The Pre-Puppy Pick Up


three white puppies lined up outside wearing different colored ribbons

Before you bring a new dog or puppy into your home, it’s important that you take several key things into consideration. Commonly overlooked in the general excitement of welcoming a new pet, these things will help to keep your puppy safe as well as making him more comfortable:

- Make sure that the decision to get a new pet is agreed upon by the whole family. Some people are dog people, others prefer cats. Some people have allergies. Always take their feelings into consideration, as well as your new puppy’s, and be sure to talk it over first.


It’s always a good idea to use this time to think about your lifestyle as well, and when everyone agrees on wanting a new puppy, take some time to familiarize yourself with the different breeds and find one that will suit your lifestyle. Remember that, just like people, some puppies have special needs.

- Puppy-proofing your home and the area around your house is a very important part of both dog care and puppy care. In order to do this properly, you need to get down to puppy level and take a look around. What can be chewed upon and what things can cause a puppy injury?


While some things are very obvious, there are many things in our home that can cause a puppy to become sick, get hurt or worse. Look for cords that can be chewed on, check for poisonous house plants, and realize that your recliner might prove comfortable to you but it can also seriously harm a puppy who sneaks underneath it.


Outside your home, it’s also important to be puppy-proof: did you know that the coolant we use in our cars is very toxic to animals? What’s worse, is that antifreeze has an irresistibly sweet taste that animals love.

- Having supplies on hand will help to reduce stress for your new puppy. While we’re eager to show off our new family members, now isn’t the time to drag him around to all the pet stores and friends’ houses. To help make the transition easier, make sure that you pick up puppy food, dishes, a bed and the rest of the basics prior to getting your puppy. The less stress you subject him to, the better.


New Puppy in the House

You’ve got your home puppy-proofed and all set up, just waiting for that big day to arrive. The excitement is sure to be building about now, but don’t let stress wear you down. Puppy-panic is no fun for anyone. There are several things you can do, in order to help make things go smoother:

- One of the biggest things that’s commonly overlooked when you go to get a new puppy is how you’re going to transport the little tyke home. Many times, people think that it’s a good idea to hold them on the way home but nothing can be further from the truth.


Remember that this may be your puppy’s first car ride and he may be very frightened or car sick; puppies suffering from nausea, diarrhea, or piddling in the car is not unheard of and, naturally, having a piddling puppy on one’s lap can certainly make a person a little anxious. In order to keep your puppy safe and keep your clothes clean, it’s always a good idea to have a puppy crate on hand for that trip home.

Dog in a pet carrier on  the back seat of a car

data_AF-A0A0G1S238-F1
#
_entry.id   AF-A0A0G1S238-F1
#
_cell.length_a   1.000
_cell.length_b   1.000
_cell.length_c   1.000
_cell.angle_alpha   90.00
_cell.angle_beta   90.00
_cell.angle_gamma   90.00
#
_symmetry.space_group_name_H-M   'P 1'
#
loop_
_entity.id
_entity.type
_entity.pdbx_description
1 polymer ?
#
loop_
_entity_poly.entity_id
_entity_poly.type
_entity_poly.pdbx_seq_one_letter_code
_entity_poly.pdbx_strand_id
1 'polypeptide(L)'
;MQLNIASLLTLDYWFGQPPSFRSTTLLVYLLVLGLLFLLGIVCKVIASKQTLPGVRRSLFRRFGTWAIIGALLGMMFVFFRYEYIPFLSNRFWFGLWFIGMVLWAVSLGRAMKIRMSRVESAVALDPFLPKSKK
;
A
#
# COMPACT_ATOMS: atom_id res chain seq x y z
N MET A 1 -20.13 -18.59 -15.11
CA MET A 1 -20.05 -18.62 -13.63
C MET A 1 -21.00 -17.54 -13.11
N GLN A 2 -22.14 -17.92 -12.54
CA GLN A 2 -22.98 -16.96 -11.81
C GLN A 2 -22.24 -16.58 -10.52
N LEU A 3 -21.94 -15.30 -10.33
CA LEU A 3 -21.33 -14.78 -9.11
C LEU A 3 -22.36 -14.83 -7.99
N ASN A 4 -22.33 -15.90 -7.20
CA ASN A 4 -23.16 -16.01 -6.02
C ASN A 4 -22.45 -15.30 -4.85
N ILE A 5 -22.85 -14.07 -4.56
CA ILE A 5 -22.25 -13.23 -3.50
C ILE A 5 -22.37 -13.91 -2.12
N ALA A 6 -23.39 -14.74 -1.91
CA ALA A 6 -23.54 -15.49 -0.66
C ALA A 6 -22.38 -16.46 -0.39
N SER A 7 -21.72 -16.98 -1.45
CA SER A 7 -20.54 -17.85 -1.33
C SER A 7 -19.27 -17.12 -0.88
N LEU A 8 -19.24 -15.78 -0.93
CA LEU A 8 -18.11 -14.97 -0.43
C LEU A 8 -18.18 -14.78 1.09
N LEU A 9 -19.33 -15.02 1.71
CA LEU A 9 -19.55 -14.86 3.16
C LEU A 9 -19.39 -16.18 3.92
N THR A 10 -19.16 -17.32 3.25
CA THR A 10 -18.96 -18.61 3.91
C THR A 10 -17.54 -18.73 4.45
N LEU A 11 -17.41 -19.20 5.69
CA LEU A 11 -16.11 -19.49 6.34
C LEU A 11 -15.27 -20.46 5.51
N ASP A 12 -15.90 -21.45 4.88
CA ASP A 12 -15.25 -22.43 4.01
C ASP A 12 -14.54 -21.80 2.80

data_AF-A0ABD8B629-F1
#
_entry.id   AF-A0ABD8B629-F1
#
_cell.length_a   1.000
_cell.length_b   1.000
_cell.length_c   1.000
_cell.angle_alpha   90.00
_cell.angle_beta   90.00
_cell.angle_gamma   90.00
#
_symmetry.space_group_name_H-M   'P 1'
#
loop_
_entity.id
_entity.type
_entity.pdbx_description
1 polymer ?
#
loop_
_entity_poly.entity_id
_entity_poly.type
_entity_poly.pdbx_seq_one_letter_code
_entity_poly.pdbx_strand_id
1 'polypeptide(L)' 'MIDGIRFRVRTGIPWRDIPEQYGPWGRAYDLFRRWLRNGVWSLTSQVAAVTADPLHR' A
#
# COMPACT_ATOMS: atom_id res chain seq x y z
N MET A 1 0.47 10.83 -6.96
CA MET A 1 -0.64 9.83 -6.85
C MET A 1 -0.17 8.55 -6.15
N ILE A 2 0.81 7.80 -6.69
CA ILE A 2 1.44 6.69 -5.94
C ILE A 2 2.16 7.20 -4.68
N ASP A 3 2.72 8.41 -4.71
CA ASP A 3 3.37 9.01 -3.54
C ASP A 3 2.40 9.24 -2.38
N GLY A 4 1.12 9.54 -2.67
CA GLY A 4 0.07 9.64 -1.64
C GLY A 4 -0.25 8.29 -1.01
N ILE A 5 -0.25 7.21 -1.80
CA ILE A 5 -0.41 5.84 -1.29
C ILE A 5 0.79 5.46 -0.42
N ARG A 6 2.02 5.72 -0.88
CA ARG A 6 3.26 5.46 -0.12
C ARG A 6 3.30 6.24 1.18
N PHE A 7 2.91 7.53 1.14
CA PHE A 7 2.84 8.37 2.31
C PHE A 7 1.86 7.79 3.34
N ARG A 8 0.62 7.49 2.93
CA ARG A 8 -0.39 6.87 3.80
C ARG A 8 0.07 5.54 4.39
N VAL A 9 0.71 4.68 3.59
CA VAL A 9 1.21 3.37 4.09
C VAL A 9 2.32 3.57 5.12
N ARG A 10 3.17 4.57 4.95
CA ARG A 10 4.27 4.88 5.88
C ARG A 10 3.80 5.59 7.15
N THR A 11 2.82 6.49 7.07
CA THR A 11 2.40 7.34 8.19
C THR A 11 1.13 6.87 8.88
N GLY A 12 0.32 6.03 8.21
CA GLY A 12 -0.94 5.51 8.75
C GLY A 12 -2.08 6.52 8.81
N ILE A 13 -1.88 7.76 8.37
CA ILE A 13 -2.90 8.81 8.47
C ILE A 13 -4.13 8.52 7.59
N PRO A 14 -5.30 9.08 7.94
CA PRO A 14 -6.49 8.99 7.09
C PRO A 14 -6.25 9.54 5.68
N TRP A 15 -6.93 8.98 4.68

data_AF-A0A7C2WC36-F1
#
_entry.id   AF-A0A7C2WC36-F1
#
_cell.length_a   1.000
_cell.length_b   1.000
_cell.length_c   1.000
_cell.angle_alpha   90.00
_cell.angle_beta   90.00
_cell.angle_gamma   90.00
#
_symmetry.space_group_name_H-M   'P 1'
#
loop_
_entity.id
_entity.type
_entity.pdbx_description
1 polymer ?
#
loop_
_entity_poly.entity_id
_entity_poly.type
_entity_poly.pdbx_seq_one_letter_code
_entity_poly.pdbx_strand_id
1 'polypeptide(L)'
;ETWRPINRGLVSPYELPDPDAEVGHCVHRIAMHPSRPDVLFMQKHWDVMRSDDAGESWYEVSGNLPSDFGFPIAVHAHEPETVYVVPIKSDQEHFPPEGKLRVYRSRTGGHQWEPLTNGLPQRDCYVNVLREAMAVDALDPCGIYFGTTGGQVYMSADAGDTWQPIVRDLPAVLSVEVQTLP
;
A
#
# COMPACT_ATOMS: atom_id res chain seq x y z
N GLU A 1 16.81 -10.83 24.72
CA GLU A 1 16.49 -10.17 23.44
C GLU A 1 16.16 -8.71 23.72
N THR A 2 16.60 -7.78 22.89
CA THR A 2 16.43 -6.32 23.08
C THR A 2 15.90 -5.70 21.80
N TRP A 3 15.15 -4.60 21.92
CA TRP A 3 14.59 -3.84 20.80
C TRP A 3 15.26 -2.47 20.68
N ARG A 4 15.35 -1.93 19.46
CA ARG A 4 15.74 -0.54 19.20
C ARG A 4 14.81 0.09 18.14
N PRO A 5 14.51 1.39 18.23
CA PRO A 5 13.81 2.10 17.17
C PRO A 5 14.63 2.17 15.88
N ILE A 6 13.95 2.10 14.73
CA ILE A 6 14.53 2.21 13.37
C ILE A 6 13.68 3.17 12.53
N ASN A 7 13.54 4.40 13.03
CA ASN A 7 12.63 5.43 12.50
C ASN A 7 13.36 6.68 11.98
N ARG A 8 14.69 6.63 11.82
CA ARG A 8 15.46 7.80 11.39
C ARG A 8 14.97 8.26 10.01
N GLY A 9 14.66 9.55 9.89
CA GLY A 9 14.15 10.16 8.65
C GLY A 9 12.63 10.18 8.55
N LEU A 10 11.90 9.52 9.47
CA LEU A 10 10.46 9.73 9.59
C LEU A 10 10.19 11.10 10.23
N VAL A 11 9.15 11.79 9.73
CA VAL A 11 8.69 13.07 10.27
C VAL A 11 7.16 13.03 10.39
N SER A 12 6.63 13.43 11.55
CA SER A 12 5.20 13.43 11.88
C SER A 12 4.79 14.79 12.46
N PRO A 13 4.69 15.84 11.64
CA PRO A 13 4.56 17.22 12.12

- Take your puppy to the veterinarian. This is always a very important thing to do, particularly if you have other pets in the home. Not only do you want to protect your other pets from illnesses that the puppy might have, you must also realize that many of our canine and feline friends can carry illnesses without showing any symptoms. Taking your puppy to the veterinarian will ensure that he’s up to date on all his shots, as well as giving the vet a chance to check him over for any other potential problems.

- Supervise. This can’t be stressed enough. First off, puppies are babies and, no matter how smart your little puppy might seem, he still needs supervision around your home. You need to ensure that he doesn’t go anywhere or do anything that might hurt him (i.e.: many puppies have problems and can take nasty falls down stairs, just like a human baby).


You must supervise your puppy with any other animals in your home and, importantly, you must supervise your new puppy with your children - being dropped or accidentally fallen on can seriously harm a puppy. As they say, an ounce of prevention is worth a pound of cure!

- Provide your puppy with a place all his own. Crate training is not only a wonderful way to housebreak your puppy, but it also gives him a safe place that he can go to when he feels afraid or uncertain about things. Additionally, a crate will help to keep your puppy safe when you aren’t home to supervise him. Far too many people think of a cage as being mean but, if a puppy is properly crate trained, they learn to realize that the crate is a safe haven and they won’t mind it one bit.

The New Puppy Care Guide

Caring for your new puppy is part of the joy of owning a pet. Be sure that your puppy has all the essentials that all pets need . This includes a constant supply of clean, fresh water, as well as high-quality nutritious food, comfortable shelter from the elements, and lots of good exercise.


In addition to this, puppies require regular grooming, such as brushing or combing, bathing, nail clippings, ear cleanings and proper doggie dental care. All puppies should learn at least the basic obedience commands and, above all else, whether you have a new puppy or a new dog, they should have lots and lots of love.


fluffy orange doggo standing at food and water bowls

If you provide them with these necessities, they will give you great joy, pleasure and love for years to come.


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